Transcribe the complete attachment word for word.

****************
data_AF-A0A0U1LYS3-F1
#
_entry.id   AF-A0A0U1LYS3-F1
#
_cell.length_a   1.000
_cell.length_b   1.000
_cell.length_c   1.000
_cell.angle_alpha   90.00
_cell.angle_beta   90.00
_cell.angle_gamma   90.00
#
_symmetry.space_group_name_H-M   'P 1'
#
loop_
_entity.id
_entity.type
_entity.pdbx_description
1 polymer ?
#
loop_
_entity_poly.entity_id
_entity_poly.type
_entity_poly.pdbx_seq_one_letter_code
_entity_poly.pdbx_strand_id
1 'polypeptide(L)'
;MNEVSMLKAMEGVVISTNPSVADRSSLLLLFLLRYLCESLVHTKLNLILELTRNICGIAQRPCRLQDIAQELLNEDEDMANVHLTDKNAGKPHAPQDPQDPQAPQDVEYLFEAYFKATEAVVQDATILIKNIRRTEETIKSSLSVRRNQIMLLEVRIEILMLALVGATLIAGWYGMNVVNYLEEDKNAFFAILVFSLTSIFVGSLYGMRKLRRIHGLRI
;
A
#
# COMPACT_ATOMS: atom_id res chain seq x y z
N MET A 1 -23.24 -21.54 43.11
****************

data_AF-A0A0U1LYS3-F1
#
_entry.id   AF-A0A0U1LYS3-F1
#
_cell.length_a   1.000
_cell.length_b   1.000
_cell.length_c   1.000
_cell.angle_alpha   90.00
_cell.angle_beta   90.00
_cell.angle_gamma   90.00
#
_symmetry.space_group_name_H-M   'P 1'
#
loop_
_entity.id
_entity.type
_entity.pdbx_description
1 polymer ?
#
loop_
_entity_poly.entity_id
_entity_poly.type
_entity_poly.pdbx_seq_one_letter_code
_entity_poly.pdbx_strand_id
1 'polypeptide(L)'
;MNEVSMLKAMEGVVISTNPSVADRSSLLLLFLLRYLCESLVHTKLNLILELTRNICGIAQRPCRLQDIAQELLNEDEDMANVHLTDKNAGKPHAPQDPQDPQAPQDVEYLFEAYFKATEAVVQDATILIKNIRRTEETIKSSLSVRRNQIMLLEVRIEILMLALVGATLIAGWYGMNVVNYLEEDKNAFFAILVFSLTSIFVGSLYGMRKLRRIHGLRI
;
A
#
# COMPACT_ATOMS: atom_id res chain seq x y z
N MET A 1 -23.24 -21.54 43.11